06 Jun ICBC Will Be Checking Your Social Media
ICBC has a cyber team within their Special Investigations Unit which looks into potentially exaggerated or fraudulent claims. This cyber team carries out social media searches in order to prove whether or not you are being honest when you make a claim for compensation for your injuries.
Pictures and updates posted on Facebook, Twitter and other social media sites are a treasure trove for ICBC. If you claim you can’t work due to your injuries and then post photos of yourself water-skiing, ICBC will present that as evidence against you in court.
This is exactly what happened in the case of Dhaliwal v. Randhawa, 2016 BCSC 2005. The Plaintiff, Mr. Dhaliwal, was a 19 year old labourer at the time of the accident. He suffered soft tissue injuries to his neck, back and shoulder in the accident and claimed damages for pain and suffering, as well as income loss.
Although the Plaintiff worked as a labourer, he had expressed some interest in becoming a police officer. Following the accident, the Plaintiff quit his job after attempting a short return to work program. After that he held a variety of jobs, most of which involved physical labour.
At trial the Plaintiff claimed that his neck, back, and shoulder pain had become chronic, having persisted for more than five years since the accident. He alleged that his continuing symptoms prevented him from pursuing his ambition to become a police officer. He also alleged that he suffered a loss of capacity to work as a result of the injuries.
ICBC admitted that the Plaintiff suffered a soft tissue injury in the accident but said the symptoms persisted for two years or less. ICBC also argued that the Plaintiff had not suffered any loss of capacity to work. Further, ICBC said that the Plaintiff was not limited in his activities or lifestyle. The Plaintiff lead a very active social and recreational life which could be seen on his Facebook postings.
The Judge agreed that the Plaintiff’s activities in recent years were relevant to the nature and extent of his injuries. His Facebook postings showed that he purchased a sport-style motorcycle after the accident and rode it in and around the Lower Mainland area. He had taken part in white-water rafting and hiking, as well as trips to Winnipeg, India and London. In addition, he regularly lifted weights and ran on a treadmill at the gym.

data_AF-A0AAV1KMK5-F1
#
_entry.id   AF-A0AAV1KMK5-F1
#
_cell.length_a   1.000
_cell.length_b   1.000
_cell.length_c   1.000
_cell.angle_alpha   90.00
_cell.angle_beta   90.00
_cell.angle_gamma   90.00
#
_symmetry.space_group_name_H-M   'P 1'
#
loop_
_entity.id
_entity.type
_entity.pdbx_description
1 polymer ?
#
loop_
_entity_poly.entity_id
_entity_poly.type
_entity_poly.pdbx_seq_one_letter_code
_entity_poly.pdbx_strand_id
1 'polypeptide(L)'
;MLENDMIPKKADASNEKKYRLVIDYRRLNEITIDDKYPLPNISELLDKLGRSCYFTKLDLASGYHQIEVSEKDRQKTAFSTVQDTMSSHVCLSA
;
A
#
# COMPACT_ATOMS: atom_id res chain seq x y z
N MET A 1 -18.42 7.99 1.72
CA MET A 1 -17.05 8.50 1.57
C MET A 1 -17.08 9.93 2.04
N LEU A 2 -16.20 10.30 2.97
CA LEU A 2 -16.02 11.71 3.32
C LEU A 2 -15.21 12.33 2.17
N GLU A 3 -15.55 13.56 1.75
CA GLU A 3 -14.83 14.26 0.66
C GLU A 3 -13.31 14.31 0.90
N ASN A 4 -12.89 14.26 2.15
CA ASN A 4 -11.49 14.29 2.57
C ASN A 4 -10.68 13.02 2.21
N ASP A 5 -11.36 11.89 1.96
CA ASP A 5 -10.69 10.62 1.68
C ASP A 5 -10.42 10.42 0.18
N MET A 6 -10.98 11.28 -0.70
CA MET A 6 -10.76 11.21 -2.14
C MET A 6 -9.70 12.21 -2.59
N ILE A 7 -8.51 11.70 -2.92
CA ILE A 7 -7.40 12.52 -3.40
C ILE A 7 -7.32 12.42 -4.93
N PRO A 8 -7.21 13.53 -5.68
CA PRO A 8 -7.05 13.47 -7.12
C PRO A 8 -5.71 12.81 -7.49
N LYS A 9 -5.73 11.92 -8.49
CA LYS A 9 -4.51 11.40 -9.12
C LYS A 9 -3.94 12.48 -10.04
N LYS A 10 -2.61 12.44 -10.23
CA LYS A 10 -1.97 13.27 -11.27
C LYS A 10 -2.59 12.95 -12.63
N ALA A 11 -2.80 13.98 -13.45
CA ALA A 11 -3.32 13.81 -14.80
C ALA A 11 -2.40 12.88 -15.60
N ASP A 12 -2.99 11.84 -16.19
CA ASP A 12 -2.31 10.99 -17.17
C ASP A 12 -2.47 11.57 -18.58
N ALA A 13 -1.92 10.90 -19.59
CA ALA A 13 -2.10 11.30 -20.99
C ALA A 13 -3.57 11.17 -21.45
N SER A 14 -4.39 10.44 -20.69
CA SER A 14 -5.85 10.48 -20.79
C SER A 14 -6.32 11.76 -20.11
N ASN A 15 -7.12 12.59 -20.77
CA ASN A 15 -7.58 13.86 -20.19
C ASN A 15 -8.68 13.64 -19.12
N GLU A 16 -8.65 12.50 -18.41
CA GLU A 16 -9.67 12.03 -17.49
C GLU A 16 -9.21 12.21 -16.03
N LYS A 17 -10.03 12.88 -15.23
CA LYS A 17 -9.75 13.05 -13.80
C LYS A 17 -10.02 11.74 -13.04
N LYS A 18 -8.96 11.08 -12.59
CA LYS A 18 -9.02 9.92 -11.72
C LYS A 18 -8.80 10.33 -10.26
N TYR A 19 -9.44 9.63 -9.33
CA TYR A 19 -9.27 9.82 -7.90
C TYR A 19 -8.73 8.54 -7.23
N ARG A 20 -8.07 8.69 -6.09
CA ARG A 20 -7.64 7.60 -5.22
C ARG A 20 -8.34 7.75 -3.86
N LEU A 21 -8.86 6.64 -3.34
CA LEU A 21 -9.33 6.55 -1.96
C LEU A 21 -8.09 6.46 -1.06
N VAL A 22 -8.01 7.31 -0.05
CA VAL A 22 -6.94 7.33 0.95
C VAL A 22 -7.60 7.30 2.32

The Judge concluded that the Plaintiff continued to experience some ongoing discomfort in his neck, shoulder and upper back as a result of the injuries suffered in the accident. Five years post-accident, this pain or discomfort was considered chronic and likely to persist.
However, the discomfort did not interfere with the Plaintiff’s lifestyle or his ability to work. The Plaintiff continued to work in positions which required a fair degree of physical activity, including lifting moderate weights. He was able to perform these activities without difficulty.
ICBC presented Facebooks postings that the Plaintiff had made which were critical of the police. The Judge noted this was unwise for someone who professed an interest in police work. After considering the Plaintiff’s evidence, education and employment history, the Judge concluded the Plaintiff’s attitude and approach to his work was the real reason that he could not pursue employment as a police officer.
At Acheson Sweeney Foley Sahota, we understand that most people post happy events on social media, even if they are suffering physically from an accident. We will ensure that everything possible is done to protect you from having your social media posts used as evidence against you in court.